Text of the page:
Co-Founder and Executive Director, Black Women's Blueprint
Farah Tanis is a human rights activist and co-founder, Executive Director of Black Women’s Blueprint working nationally and in NYC at the grassroots to address the spectrum of sexual violence against women, girls and gender-fluid people of African descent. Her anti-violence work also focuses on Historically Black Colleges and Universities (HBCUs). Tanis chairs the first Truth and Reconciliation Commission in the U.S. ever to focus on Black women and their historical and contemporary experiences with sexual violence. She is founder of the Museum of Women's Resistance, is a NoVo Foundation - Move to End Violence Program/Cohort 3 Movement Maker, and a member of the U.S. Human Rights Task Force on the International Convention on the Elimination of Racial Discrimination (CERD).
Co-Founder and Co-Executive Director, Freedom Inc.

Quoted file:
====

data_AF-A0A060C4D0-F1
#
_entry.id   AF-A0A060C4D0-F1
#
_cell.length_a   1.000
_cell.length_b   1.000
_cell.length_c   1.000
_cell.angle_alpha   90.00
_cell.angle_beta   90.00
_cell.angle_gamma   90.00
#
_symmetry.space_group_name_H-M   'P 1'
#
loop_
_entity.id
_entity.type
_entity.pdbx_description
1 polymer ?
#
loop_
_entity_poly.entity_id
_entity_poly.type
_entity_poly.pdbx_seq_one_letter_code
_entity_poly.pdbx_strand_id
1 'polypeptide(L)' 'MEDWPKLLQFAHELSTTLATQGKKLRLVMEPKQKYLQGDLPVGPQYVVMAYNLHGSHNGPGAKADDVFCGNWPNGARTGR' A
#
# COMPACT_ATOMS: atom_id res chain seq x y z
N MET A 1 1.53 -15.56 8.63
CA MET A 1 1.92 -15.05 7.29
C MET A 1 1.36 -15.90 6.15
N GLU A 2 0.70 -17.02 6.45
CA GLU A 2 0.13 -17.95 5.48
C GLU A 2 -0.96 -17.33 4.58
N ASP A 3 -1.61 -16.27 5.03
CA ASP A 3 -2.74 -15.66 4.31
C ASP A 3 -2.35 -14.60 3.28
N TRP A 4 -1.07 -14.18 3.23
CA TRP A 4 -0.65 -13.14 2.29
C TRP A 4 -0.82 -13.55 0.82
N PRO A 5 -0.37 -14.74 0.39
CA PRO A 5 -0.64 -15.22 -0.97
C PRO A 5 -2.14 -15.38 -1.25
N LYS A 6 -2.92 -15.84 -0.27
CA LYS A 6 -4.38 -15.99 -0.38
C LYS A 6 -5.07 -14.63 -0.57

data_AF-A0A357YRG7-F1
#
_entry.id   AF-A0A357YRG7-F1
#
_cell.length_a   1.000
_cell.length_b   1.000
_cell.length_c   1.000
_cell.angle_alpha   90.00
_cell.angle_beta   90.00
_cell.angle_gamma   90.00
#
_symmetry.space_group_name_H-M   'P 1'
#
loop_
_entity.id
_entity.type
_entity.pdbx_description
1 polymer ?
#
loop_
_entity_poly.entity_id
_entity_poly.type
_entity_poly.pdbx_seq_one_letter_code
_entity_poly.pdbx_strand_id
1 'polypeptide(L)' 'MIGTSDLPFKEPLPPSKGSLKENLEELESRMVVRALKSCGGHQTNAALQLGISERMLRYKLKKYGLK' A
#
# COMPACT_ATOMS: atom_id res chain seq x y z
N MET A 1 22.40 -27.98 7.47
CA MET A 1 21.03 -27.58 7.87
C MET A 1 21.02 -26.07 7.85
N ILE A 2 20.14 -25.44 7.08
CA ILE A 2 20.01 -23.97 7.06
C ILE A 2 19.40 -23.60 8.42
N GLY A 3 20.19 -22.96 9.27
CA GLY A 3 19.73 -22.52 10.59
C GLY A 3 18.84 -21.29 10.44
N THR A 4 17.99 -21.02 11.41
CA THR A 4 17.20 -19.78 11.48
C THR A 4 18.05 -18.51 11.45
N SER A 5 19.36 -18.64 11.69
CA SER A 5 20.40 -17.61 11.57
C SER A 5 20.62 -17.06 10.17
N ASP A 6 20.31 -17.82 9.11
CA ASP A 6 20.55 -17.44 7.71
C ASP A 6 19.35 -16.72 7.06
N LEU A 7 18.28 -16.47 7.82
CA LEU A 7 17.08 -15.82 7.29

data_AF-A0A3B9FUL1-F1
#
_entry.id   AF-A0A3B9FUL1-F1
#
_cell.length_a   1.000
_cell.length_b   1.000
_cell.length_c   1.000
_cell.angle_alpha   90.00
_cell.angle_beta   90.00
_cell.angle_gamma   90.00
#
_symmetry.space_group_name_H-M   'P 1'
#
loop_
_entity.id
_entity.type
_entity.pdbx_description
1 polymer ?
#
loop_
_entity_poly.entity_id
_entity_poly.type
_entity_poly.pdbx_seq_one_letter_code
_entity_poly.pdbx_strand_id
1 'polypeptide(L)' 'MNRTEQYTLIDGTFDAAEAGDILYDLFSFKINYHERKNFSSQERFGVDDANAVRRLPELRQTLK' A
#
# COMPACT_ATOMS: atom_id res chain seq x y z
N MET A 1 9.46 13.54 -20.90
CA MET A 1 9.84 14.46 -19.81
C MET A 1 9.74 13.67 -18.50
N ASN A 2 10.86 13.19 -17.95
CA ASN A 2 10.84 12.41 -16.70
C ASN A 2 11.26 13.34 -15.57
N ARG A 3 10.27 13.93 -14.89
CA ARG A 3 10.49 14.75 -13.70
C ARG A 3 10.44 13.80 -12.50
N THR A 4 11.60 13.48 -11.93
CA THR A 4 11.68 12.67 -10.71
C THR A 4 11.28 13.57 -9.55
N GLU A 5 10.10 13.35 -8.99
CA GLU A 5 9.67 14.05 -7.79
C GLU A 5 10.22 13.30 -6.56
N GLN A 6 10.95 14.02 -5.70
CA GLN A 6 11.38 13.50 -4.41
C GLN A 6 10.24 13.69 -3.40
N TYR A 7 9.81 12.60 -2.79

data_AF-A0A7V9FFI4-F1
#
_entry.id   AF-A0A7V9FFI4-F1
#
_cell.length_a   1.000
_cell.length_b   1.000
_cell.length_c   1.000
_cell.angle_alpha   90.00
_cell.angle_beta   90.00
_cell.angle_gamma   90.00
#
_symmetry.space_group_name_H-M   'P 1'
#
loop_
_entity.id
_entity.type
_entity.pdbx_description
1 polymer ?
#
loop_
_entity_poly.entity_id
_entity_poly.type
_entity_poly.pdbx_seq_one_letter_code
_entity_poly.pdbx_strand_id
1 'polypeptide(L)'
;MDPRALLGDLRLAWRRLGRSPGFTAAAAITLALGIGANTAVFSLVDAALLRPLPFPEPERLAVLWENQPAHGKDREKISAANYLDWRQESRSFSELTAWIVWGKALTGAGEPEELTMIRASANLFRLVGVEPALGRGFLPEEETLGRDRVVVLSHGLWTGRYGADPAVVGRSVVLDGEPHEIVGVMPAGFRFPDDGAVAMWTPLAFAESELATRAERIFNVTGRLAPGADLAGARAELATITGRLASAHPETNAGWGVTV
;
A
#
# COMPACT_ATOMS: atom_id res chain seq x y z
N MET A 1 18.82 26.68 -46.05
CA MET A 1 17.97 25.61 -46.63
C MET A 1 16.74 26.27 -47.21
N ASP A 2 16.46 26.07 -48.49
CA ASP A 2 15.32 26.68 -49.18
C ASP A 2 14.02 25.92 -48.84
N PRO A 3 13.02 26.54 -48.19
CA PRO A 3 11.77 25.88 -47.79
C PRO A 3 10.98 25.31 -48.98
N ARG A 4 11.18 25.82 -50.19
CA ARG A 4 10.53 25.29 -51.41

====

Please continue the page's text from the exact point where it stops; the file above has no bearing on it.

Kabzuag Vaj was born in Laos and came to this country as a refugee child with her mother and siblings. She has been working to end violence against women and girls since she was 16 years old. Freedom Inc. engages low- to no-income communities of color in Dane County, WI, to end violence against women and youth and to promote healthier living. They organize around the root causes of violence, creating new definitions and solutions, and empowering all community members as agents of change. Their vision for ending violence is to inspire and empower women and youths through leadership development and community organizing in ways that are language-, gender- and culture-specific to women and youth, in predominantly Hmong, Cambodian, Black and queer families and that bring about deep social, political, cultural, and economic change.